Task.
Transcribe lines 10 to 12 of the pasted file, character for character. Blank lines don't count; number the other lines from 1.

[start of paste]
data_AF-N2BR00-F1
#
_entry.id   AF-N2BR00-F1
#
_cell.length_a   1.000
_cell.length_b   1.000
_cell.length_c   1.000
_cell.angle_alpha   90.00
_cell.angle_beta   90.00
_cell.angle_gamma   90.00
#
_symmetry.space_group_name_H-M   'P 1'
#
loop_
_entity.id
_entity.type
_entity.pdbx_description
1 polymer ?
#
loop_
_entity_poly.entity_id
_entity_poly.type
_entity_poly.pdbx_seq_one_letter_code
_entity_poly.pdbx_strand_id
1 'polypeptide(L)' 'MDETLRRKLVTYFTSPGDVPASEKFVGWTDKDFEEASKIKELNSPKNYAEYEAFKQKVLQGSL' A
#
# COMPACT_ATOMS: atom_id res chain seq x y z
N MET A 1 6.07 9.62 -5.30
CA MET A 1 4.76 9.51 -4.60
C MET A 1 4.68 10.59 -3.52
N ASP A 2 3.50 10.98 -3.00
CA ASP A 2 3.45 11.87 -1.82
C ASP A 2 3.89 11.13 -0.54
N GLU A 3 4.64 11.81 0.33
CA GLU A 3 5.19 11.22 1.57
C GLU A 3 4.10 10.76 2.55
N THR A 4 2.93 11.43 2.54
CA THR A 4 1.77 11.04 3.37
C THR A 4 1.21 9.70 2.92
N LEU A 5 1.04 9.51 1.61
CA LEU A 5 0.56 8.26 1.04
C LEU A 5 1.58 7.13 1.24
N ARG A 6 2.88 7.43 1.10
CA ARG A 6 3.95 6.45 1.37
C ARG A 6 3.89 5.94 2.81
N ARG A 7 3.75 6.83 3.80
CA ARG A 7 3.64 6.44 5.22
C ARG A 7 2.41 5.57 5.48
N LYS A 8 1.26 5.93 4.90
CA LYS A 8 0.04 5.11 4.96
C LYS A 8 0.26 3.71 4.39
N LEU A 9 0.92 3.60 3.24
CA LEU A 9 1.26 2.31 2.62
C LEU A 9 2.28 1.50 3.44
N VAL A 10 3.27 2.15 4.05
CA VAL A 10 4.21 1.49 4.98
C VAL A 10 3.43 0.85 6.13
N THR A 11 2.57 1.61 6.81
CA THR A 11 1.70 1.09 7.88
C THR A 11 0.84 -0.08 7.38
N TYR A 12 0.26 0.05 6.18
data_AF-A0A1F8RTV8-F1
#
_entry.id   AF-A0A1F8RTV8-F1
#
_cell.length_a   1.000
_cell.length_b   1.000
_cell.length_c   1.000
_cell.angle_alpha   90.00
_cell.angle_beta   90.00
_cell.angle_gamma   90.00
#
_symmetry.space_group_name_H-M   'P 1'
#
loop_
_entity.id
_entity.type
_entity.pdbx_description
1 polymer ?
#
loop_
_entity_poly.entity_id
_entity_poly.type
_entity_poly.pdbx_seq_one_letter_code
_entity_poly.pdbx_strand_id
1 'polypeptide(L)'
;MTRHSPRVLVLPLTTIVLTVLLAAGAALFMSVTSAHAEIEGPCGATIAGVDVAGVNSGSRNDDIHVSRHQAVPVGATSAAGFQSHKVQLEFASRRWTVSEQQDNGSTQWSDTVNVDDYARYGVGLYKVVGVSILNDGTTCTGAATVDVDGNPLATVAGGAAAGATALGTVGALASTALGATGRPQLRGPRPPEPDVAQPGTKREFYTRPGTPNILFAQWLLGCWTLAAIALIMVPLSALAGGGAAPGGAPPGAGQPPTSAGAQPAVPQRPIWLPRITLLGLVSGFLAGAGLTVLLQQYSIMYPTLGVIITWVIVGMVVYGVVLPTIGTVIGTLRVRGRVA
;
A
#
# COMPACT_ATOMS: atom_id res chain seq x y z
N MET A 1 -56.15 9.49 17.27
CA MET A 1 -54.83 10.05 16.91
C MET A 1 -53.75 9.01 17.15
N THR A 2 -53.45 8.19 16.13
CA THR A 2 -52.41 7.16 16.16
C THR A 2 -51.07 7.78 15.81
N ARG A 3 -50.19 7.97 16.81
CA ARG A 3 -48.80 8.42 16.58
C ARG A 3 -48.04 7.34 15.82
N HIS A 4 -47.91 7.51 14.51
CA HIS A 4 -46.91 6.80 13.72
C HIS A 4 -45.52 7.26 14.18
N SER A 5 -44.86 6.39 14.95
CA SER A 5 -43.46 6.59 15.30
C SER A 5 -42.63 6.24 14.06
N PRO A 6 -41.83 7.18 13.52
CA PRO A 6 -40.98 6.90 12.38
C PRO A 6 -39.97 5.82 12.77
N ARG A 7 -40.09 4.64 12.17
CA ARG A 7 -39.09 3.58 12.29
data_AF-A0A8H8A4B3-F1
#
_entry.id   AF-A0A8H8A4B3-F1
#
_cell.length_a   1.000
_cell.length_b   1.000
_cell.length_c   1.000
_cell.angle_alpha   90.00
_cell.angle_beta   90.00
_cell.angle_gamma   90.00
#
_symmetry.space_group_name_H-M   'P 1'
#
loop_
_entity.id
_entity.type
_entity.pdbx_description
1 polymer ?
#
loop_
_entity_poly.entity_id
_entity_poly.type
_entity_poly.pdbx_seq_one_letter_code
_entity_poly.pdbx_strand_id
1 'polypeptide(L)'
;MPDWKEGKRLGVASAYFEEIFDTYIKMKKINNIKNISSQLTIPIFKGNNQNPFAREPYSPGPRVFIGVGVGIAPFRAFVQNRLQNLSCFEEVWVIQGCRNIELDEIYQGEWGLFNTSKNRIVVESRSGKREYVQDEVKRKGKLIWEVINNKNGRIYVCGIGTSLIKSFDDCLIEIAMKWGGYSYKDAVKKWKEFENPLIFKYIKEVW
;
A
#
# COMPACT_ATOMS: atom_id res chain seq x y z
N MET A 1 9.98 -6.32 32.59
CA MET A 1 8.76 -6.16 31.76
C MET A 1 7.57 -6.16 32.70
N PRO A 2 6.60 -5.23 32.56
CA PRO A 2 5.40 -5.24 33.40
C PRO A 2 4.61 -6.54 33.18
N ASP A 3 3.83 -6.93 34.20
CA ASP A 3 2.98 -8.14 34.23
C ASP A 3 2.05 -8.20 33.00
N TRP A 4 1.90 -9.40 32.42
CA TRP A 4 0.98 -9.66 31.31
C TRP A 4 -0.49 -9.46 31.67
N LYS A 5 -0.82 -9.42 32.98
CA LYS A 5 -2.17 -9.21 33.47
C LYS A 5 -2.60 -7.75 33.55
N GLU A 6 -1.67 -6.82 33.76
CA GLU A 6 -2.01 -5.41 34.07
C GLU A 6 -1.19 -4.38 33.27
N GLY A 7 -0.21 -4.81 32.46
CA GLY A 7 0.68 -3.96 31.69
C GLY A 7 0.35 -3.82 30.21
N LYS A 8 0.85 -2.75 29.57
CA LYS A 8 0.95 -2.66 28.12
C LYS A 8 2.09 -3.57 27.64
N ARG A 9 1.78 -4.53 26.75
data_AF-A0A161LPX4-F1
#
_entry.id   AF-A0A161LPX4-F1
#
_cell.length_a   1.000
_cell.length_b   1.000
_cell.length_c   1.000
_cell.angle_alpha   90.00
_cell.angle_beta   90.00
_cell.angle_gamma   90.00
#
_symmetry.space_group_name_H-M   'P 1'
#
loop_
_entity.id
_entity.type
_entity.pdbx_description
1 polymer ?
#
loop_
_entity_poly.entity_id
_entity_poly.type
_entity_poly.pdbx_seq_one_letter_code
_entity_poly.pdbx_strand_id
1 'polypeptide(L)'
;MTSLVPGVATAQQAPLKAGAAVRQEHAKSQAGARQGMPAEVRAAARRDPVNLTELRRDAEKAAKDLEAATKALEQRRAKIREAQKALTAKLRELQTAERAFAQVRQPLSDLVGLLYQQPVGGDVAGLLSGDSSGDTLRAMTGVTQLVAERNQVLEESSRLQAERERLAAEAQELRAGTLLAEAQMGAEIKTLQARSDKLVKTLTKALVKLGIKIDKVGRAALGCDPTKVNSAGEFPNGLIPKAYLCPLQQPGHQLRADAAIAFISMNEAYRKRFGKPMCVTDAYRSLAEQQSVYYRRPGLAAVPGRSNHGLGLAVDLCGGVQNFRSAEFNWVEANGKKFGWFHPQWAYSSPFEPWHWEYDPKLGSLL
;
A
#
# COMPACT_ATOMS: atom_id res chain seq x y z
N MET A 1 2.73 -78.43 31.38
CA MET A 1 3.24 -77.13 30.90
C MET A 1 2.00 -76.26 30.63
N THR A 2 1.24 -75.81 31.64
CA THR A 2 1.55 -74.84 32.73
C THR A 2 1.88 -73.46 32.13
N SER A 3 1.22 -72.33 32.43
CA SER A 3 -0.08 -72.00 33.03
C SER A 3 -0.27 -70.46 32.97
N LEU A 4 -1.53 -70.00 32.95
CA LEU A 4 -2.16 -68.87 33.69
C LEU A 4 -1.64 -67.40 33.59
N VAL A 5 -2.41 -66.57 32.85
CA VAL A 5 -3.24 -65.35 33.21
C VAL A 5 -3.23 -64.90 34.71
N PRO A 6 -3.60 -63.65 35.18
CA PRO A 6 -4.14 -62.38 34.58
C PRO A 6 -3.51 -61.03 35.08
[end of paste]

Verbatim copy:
_cell.angle_gamma   90.00
#
_symmetry.space_group_name_H-M   'P 1'